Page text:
On the limits of climate reconstruction from water stable isotopes in polar ice cores

Ice core water stable isotopes are a favored proxy to reconstruct past climatic variations. Yet, their interpretation requires calibration from other proxy records and is affected by various processes which alter the signal after it has been imprinted.

The isotopic composition (δ18O, δ17O and δD) of snow is linked to the condensation temperature because of fractionation associated with distillation from the evaporation site to the precipitation site (Dansgaard 1953). Over large ice sheets, ice is preserved for thousands of years (EPICA 2004) and, thus, analyzing the isotopic composition of the successive layers provides continuous, high-resolution indicators of past climatic variations.

A classical way to retrieve temperature from isotopic composition is to use the spatial relationship between δ18O of surface snow and surface temperature (e.g. Lorius and Merlivat 1975, for Antarctica). However, one should keep in mind two main limitations when using such a method. First, it assumes that the spatial relationship between δ18O and temperature is a good surrogate for the temporal relationship between δ18O and temperature although this link is known to change with time. Second, post-deposition processes affect the snow stratigraphy and the isotopic composition of the snow after precipitation. In the end, the produced time series are also modulated by variable depth-to-time transfer function due to accumulation variations, ice thinning and diffusion.

Resolution and noise

The local accumulation is a determining factor for both the extent of an ice-core record and the maximal resolution that can be achieved. As the ice thickness is capped between 3 and 4 km, depending mainly on the geothermal flux and the topography, it is necessary to choose a site with low accumulation to obtain an ice record spanning several glacial-interglacial cycles (Fischer et al. 2013).

For sites with low accumulation, the snow is exposed at the surface for a long time. Hence, the initial precipitation signal is modified by local post-deposition processes (Ekaykin et al. 2002) due to snow-air interactions, such as the impact of metamorphism, wind and surface roughness, and diffusion. It prevents proper recording of the signal at the intra-seasonal and seasonal scale for sites with accumulation lower than 8 cm ice equivalent per year (Münch et al. 2016).

Deeper in the firn, diffusion smooths the isotopic composition time series, erasing part of the climatic signal (Johnsen 1977). This limits the interpretation of ice-core records at timescales smaller than a few decades.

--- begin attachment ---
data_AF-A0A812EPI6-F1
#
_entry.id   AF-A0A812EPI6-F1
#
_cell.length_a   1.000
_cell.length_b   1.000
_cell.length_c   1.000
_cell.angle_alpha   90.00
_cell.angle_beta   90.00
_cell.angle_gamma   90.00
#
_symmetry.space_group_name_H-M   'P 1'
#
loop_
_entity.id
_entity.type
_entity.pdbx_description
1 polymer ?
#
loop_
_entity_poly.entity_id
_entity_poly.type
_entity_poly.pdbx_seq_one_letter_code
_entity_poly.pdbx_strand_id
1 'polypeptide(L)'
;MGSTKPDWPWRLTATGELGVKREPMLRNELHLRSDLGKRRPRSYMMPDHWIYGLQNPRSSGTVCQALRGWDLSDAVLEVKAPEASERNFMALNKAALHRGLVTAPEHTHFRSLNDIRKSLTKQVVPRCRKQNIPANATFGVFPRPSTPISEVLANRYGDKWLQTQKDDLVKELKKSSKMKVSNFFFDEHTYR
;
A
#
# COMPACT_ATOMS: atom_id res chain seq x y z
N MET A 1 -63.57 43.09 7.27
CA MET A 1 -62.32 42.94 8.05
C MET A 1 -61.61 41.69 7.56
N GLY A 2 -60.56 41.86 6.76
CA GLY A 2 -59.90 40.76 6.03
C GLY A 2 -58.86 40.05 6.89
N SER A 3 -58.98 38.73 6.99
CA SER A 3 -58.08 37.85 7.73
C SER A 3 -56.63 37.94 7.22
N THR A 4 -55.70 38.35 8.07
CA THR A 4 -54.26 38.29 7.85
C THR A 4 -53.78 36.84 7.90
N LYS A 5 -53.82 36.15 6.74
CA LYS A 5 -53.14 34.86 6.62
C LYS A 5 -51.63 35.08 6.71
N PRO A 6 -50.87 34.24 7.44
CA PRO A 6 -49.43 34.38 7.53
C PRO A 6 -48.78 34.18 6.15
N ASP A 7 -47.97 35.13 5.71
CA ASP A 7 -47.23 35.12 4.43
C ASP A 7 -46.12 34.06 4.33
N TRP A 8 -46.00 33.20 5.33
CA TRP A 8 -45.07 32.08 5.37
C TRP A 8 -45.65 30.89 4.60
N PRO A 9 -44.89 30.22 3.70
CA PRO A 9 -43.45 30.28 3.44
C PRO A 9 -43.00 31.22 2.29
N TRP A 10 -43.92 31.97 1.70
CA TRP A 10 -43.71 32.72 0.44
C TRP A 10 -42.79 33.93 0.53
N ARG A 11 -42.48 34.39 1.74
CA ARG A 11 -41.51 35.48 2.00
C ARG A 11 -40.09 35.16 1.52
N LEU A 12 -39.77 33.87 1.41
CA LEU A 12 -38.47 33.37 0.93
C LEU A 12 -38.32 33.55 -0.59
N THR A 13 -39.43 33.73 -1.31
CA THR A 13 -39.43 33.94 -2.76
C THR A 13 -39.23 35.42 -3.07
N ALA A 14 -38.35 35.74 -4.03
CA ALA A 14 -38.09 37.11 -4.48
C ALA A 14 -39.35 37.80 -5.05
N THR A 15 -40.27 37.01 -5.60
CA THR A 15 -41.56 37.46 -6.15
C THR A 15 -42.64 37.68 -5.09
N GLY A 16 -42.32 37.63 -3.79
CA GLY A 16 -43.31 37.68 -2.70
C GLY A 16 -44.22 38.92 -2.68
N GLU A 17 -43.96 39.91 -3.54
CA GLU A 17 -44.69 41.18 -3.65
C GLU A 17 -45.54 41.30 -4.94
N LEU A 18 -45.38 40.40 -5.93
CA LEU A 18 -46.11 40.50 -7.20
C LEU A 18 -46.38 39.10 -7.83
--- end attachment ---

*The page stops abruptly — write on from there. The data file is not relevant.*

Figure 1: Greenland and Antarctic ice-core sites. (A) Isotopic signal from the NGRIP ice core. (B) and (C) maps of ice thickness in Greenland and Antarctica, respectively. (D) isotopic signal from the Dome C ice core.

Finally, for longer timescales (and thus deeper in the ice), the varying depth-to-age transfer function affects the spectral properties of the isotopic composition. The first limitation is the accumulation rate itself, which decreases during glacial periods as a thermodynamic response to temperature decrease. The temporal resolution also gets lower with depth due to ice thinning. As illustrated in Figure 1, the number of years per meter globally increases with the depth of the record, from roughly 20 years per meter at the top of the core at Dome C, up to 1400 years per meter for glacial periods at the bottom. Overall, the variability found in single ice-core records combines both the climate variability and several signatures of the archiving process itself.

Isotope to temperature calibration

The calibration of δ18O to temperature can be tested against independent temperature time series, such as borehole measurements at the ice-core site. These measurements performed in Greenland have suggested that the use of the spatial slope (measurements made through space) to estimate the amplitude of the temperature change between the last glacial maximum (LGM) and present-day underestimates by a factor of two the true amplitude of the temperature change (Cuffey et al. 1994). Jouzel et al. (2003) also showed using simulations that the temporal slope (measurements made through time) linking isotopic composition to temperature is less steep than the spatial one and that it does not remain constant over time. This large variability can be due to differences in the large-scale atmospheric circulation, vertical structure of the atmosphere, the seasonality of precipitation, modification of location, or climatic conditions in the moisture source regions.